Monday, October 17, 2005

A Summary of Moments

I want to blog. I have an idea for an entry and I try and hold it in my mind until I can get to a keyboard and punch it in and then it is gone when I have finished what I am doing (changing, burping, walking, dressing baby) or it has been replaced by another idea that arrived when I was reading or thinking about my first "chapter" for my thesis....My life at the moment has taken on a bizarre "outside all time" quality that one may find in The Twilight Zone or a good video game.

So I will try and make a collage of all the things I can remember wanting to blog in the last few days.

First a book recommendation, I am half way through Mapping Benjamin The Work of Art in the Digital Age Edited by Hans Ulrich Gumbrecht and Michael Marrinan (2003), and it is a treasure. Not just for the critical take on the thoughts and philosophies of Walter Benjamin, but also as a plain digital theory reader. Short essays which flow into each other building a cohesive spectrum of relevant issues.

Next some exciting news from the outback. A good friend of mine (who I have blogged about before), Dan Bracegirdle has been working for about a year now as a Project Officer with the The Traditional Knowledge Recording Project (TKRP)at Aurukun, an isolated but dynamic Aboriginal community on Western Cape York in the far north of Australia. The TKRP is exciting as they are using new media technologies to record, archive and ultimately teach traditional knowledge. Much of this knowledge is based in and on the topology of the Western Cape so the knowledge bank is being created round the features of the landscape and this in turn is historical, cultural and social. I see it as a huge interactive map which many of the people there are already living in. To quote from the press release:

"The difference this time is that rather than non-indigenous academics writing down their interpretation of the traditional knowledge, local people are now creating audio-visual documents of the information, presented on location in the original language. As the Wik are traditionally an oral culture, audio-visual material is far more useful than text based information. These AV files are managed in the community and available to the people for whom they have the greatest value.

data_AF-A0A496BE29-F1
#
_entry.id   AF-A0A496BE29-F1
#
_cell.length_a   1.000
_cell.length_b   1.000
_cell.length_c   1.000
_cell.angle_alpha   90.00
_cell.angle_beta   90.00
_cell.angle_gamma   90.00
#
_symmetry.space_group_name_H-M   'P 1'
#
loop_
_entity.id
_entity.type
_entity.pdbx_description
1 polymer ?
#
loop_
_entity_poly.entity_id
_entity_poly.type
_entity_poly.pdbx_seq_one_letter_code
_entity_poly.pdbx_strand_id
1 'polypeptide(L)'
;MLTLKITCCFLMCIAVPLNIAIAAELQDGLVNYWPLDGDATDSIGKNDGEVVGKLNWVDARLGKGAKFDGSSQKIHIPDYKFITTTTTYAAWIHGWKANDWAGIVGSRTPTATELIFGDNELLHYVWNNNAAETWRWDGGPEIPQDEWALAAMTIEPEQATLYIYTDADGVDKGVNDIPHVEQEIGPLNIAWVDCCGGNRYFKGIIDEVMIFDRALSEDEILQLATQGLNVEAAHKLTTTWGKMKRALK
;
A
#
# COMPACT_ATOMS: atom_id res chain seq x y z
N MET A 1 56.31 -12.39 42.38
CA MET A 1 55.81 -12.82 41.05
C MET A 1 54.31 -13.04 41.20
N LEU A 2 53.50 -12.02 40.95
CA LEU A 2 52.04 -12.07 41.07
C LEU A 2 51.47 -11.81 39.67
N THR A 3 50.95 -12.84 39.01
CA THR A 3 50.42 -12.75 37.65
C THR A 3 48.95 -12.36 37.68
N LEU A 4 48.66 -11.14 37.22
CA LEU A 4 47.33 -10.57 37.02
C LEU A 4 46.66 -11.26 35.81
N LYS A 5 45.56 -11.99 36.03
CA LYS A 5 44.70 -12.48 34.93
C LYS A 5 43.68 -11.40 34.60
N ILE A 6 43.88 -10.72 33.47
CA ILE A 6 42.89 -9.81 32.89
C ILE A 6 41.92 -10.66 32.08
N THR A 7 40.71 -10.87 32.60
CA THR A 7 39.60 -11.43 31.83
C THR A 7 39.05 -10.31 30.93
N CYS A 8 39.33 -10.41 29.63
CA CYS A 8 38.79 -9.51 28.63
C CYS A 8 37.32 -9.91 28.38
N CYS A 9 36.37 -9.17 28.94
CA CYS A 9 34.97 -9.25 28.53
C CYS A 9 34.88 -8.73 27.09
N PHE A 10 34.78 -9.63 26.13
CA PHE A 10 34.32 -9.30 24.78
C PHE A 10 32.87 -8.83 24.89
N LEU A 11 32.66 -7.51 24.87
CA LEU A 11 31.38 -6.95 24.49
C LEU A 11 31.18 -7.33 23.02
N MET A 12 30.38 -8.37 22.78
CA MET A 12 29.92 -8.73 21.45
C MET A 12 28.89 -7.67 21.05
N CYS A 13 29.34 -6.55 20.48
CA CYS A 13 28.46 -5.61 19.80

Ã?“What weÃ?’re doing is gathering the information on country, delivered by the individuals with the wisdom and the authority to transfer it,Ã?” says TKRP Project Manager Victor Steffensen. Ã?“This is the way indigenous knowledge has always been passed on to the next generation.Ã?”"

Senior Wik Elders George (Snr) Musgrave and Tommy (Snr) George

More info here.

Finally I have been initiated into the online music community (online since December 2004) and it has some features that are interesting in terms of virtual community and music sharing. Firstly, from my one week so far of experience, it aggregates lists of music files from community members computers when they play them. From this it builds community lists, groups and charts. It also has a radio station that seems to function by streaming files requested or by streaming files that are of simlar genre to that requested. There is no file sharing in the sense of swapping, and the broadcast is not general, rather within the specific confines of the community. After information has built up based on what you play on your computer the network makes suggestions as to music you may like and introduces you to "neighbours" who have similar taste to yourself. It even has a function whereby you can remove "embarassing" music (it suggests Brittney Spears) from your profile if you are trying to "create" a certain profile. I think will continue with my exploration of the network.

One last thing. a review from unbrokencircle out of the UK of my CD Ambient Time Arm:

"On their second release 'Ambient Time Arm', the primitive Australian soundscapes of NaDa BaBa take us back not decades but hundreds of years. This is not the comfortable ambience of living room hi-fi, this is the trance inducing, smoke haze of the desert. Chanting, pounding slow ritual percussion and the resonant pulsation of digeridoo take the listener into dreamtime on the first track. Fragmented spoken word and shards of guitar re-enforce that this is not our reality, but that we are trapped inside our dreams, as backward speech and screaming insects tear at our reason. 'Stone Fish Bone' intones a ceremony with jew's harp, metallic scrapes and overlapping, magical speech.

We hear disturbed and enthralled, escape forgotten for the moment. As the album progresses with lots of speech and field recordings, this moves from music into a kind of film for the ears. A surreal and strange film, but one with it's own odd structure. All the time, remorseless digeridoo constant and unyielding. It appears to make sense but without the listener grasping what it is communicating, the sound of language more important than meaning. Like a collaboration between 'Tape Beatles' or Negativland and Steve Roach this is a particularly unique and weird release. You have to admire how far out they have got, even if you can be grateful for not sharing the experience. Time in the desert never seemed so essential."

Nice hey!

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